By Sterling McGinn

Between performances at the Engadine Consolidated Schools (ECS) spring music and band concert on April 22, the school science and technology wing was officially named in honor of the late Ross Freeman, an Engadine native and electrical engineer, and inventor of the Field Programmable Gate Array.

More than 20 of Freeman’s family members, plus friends and community members, gathered in the gymnasium for the dedication which featured presentations by seniors Aaliyah Nelson and Elijah Parker. Michigan State Senator John Demoose and Rich Rossway, U.P. District Liaison for Congressman Jack Bergman also spoke during the ceremony.

Google Ross Freeman’s name online without adding “Engadine” or “Michigan” or the “United States” and you will find much information on the distinguished 1965 ECS graduate.

Now all students walking the halls of Engadine Consolidated Schools can learn about an alumnus who invented a computer chip still used in a number of electronic devises today. A plaque will be displayed in the hall very soon.

Freeman’s Field Programmable Gate Array is a computer chip full of open gates that engineers can reprogram as much as needed to add new functionally, adapt to changing standards or specifications, and make last-minute design changes. He invented the chip in 1985.

Freeman theorized that due the doubling of transistor density each year, “Moore’s Law,” an observation that the number of transistors in an integrated circuit doubles about every two years, would allow for customized computer chips affordable for everyone. His theory was proven right, making the Field Programable Gate Array inexpensive and available.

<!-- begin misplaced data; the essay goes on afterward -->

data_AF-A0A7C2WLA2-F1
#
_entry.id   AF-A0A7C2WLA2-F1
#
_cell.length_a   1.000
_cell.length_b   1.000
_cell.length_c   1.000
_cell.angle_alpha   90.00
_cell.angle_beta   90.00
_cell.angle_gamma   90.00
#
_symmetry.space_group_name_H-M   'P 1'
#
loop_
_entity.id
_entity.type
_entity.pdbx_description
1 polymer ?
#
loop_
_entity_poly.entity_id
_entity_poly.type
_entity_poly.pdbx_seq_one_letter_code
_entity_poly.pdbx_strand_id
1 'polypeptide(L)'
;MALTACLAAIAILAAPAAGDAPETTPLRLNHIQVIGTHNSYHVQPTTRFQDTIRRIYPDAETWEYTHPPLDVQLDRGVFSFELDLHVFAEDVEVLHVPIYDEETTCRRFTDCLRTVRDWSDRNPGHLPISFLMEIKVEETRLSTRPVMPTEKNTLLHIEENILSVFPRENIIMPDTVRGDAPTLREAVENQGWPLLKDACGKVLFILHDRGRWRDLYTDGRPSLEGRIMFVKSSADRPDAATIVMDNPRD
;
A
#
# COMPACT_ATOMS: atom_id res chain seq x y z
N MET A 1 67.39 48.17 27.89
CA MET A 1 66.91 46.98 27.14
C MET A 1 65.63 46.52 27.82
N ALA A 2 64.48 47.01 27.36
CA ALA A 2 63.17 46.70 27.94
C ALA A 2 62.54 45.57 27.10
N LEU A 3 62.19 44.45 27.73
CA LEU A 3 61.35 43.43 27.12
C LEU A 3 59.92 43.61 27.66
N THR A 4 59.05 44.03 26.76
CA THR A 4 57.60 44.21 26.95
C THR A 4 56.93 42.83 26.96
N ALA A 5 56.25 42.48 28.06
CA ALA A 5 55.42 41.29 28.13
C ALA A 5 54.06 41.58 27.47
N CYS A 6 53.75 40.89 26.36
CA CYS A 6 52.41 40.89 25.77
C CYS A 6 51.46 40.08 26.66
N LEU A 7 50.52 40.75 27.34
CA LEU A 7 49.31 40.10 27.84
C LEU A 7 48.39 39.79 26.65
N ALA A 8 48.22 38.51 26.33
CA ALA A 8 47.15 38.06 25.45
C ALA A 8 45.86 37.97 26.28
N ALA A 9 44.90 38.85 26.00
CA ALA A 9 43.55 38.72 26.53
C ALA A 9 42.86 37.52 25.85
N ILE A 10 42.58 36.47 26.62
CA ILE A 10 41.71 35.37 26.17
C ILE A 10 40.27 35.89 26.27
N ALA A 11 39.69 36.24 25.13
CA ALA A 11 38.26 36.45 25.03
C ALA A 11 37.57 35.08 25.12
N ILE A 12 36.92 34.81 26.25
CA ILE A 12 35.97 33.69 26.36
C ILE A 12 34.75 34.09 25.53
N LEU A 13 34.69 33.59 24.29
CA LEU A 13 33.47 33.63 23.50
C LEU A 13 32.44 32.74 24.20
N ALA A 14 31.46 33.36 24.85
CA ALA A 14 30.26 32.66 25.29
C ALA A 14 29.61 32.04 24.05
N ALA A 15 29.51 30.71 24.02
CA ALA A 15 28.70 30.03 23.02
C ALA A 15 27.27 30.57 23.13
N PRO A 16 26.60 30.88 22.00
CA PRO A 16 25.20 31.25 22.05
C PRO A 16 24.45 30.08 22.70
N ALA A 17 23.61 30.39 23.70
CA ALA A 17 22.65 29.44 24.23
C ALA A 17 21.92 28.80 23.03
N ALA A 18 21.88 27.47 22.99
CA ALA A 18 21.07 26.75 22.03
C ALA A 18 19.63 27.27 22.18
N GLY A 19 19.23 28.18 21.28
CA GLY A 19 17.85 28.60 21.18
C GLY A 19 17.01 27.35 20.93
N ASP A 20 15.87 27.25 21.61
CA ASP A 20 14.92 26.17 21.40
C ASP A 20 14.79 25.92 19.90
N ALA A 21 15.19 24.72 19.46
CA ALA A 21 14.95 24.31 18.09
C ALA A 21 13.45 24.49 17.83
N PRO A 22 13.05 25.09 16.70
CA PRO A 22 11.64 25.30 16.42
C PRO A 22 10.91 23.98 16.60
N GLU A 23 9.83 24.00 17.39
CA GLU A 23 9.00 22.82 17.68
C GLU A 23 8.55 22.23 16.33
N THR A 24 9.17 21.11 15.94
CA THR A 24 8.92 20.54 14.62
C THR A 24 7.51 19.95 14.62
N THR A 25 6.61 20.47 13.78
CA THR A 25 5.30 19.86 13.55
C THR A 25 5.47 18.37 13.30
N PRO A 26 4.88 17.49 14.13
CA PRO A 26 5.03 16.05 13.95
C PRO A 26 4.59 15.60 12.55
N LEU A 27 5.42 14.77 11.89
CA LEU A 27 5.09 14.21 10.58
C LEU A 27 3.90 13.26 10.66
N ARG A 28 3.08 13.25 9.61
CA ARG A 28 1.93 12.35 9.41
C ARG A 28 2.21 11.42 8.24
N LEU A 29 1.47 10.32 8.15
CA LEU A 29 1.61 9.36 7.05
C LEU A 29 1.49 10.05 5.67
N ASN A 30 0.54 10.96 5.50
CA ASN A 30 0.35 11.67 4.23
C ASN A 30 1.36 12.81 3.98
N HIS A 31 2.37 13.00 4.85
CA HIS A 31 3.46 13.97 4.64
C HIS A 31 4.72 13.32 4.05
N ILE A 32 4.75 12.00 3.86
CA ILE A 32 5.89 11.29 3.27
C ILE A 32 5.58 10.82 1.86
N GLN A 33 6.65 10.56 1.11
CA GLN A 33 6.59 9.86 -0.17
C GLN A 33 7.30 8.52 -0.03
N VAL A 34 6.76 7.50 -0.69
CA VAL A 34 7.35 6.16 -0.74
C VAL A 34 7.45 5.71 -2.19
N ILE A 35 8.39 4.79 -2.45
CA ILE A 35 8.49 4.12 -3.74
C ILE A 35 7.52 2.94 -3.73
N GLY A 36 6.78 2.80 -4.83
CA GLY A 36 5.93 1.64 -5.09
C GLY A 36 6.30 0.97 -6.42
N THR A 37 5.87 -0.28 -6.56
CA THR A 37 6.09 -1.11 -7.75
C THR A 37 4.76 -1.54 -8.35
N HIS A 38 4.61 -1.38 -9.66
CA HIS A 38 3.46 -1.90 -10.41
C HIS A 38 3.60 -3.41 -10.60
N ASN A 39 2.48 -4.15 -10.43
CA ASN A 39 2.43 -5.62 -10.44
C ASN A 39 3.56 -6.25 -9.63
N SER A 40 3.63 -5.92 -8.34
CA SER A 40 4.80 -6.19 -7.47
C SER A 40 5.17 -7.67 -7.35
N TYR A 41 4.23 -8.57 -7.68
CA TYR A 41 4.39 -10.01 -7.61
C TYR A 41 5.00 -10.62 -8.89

Freeman was born on July 26, 1948, on a farm near Engadine. After graduating from ECS, he attended Michigan State University where he earned a B.S. in 1969 and earned a master’s in physics at the University of Illinois in 1971.

“At this point in his life, Ross wanted to join the Peace Corps, so he became a volunteer traveling to Ghana, Africa to teach electronics and math,” said his sister, Joanie Freeman. “After the Peace Corps, Ross became an innovator and his journey as an inventor began working for Teletype Corporation and Zilog Inc.”

While at Teletype Corporation, he designed a custom PMOS circuit.

In 1984, Freeman and two others co-founded Xilinx, Inc, which was headquartered in San Jose, California.

“Xilinx product, the programable logic devices, have a variety of end products on earth, but they have also been used in space,” said Joanie Freeman. “Xilinx devices survive solar flares and are radiation tolerant in space.”

After Freeman’s untimely death in 1989, his parents created a scholarship in tribute to their son, which is awarded to graduates who aim to enter the math and science fields. Xilinx also honors Freeman each year with an annual award to an employee for technical innovation.

Freeman was inducted posthumously into the National Inventor’s Hall of Fame in 2009.

“I have my cell phone and computer, and none of it runs without computer chips,” said Senator John Demoose. “To think that a guy from this school and this beautiful little town here in the Upper Peninsula came up with the technology that ultimately made this happen, that is a big deal. I think that this is something that the whole town and the Upper Peninsula should be proud of.”

“I want to assure everyone, that it does not stop with a plaque and program tonight,” said ECS Board of Education President Daryl Schroeder. “We will be looking for other distinguished alumni and creating a teaching day each school year to learn about the contributions of these individuals. We want our kids to be proud of our school, their community, their parents, and themselves.”